US anti-trust probe launched into Google-Yahoo deal

LONDON - Anti-trust authorities in the US have launched an investigation into whether the recent ad deal between Google and Yahoo is anti-competitive.

US anti-trust probe launched into Google-Yahoo deal

According to reports, US anti-trust investigators are to demand documents from the two internet companies relating to the agreement.

Last month, Yahoo agreed a ten-year deal to allow Google to put search advertising next to its search listings, and gave anti-trust authorities 100 days to look at the arrangement before it came into effect.

News of this investigation, revealed by The Washington Post, seems not to have troubled Yahoo, whose bosses have expressed confidence that the deal will be deemed "good for competition".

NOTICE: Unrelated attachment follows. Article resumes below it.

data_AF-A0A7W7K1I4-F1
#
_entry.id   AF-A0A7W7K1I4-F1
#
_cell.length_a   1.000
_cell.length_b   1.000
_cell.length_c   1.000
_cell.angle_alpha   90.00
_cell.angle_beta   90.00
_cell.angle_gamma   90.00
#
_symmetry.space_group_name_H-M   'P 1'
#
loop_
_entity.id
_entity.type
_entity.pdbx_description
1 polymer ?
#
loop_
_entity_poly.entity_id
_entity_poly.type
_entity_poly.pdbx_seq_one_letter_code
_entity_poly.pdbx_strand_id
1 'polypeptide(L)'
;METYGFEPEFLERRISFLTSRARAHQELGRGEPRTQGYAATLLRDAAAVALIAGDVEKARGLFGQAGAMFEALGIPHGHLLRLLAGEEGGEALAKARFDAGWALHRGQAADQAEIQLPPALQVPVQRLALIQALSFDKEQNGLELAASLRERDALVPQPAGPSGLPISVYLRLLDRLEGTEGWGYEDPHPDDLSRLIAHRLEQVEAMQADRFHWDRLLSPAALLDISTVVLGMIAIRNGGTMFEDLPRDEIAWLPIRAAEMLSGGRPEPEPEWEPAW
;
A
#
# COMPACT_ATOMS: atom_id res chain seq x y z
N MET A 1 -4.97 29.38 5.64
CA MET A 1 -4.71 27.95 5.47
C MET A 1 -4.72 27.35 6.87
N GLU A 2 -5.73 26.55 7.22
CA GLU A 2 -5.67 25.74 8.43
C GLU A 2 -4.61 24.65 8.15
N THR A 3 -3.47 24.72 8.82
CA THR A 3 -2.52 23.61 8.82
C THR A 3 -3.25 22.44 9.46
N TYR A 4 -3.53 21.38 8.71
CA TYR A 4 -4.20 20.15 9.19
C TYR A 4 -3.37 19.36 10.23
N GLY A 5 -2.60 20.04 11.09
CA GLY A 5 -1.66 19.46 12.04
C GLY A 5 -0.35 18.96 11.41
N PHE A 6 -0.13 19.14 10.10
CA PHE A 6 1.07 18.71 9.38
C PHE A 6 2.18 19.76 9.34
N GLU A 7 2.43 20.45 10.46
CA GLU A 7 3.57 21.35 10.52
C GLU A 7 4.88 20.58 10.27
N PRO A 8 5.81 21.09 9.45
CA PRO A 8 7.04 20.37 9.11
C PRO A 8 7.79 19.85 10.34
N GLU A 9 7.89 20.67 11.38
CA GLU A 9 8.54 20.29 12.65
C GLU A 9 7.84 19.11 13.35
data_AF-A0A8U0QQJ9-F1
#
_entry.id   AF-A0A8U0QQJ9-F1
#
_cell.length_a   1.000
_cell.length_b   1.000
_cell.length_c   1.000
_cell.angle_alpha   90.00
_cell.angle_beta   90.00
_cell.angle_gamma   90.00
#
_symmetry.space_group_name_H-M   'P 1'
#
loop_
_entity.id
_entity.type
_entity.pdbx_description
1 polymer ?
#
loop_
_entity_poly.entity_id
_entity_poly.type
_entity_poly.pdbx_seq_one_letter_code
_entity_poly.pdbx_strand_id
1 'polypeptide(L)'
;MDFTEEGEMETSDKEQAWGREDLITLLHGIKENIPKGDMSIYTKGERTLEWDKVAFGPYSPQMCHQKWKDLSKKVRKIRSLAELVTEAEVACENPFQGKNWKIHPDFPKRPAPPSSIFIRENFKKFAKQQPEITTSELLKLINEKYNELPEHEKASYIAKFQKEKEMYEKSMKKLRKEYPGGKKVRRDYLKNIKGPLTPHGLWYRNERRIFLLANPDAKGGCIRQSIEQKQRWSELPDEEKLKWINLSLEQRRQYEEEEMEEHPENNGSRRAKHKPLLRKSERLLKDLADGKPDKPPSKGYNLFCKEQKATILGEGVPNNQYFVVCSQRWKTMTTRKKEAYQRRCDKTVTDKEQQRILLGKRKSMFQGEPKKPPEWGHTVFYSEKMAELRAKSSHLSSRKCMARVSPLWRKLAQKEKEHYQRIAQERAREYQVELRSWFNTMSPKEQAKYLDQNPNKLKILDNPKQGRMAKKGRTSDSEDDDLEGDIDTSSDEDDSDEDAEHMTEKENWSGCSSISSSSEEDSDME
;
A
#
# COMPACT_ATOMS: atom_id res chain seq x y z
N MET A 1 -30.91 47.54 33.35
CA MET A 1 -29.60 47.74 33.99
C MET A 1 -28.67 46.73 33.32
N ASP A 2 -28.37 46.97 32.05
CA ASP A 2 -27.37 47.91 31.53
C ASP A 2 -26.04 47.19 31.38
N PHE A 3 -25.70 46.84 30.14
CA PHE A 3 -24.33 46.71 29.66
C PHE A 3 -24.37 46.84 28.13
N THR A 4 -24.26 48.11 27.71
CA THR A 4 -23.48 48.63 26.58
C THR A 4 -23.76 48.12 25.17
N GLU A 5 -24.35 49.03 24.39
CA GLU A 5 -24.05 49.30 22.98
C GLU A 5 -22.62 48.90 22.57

In a statement published in the newspaper, a Yahoo spokesman said: "There is nothing unexpected in the review of this arrangement as structured by the parties and Department of Justice officials."

The deal does not need automatic approval from anti-trust authorities as the two companies are not merging, but the US government could challenge the collaboration if it is concluded that it would "restrain competition between them".

Last month, Yahoo wrote to its shareholders to assure them that the company's ad revenue deal with Google is better than a merger with Microsoft.

The letter outlined the financial benefits of the deal, claiming that it could net Yahoo between $250m (£126m) and $450m (£227m) within the first few years of the deal.

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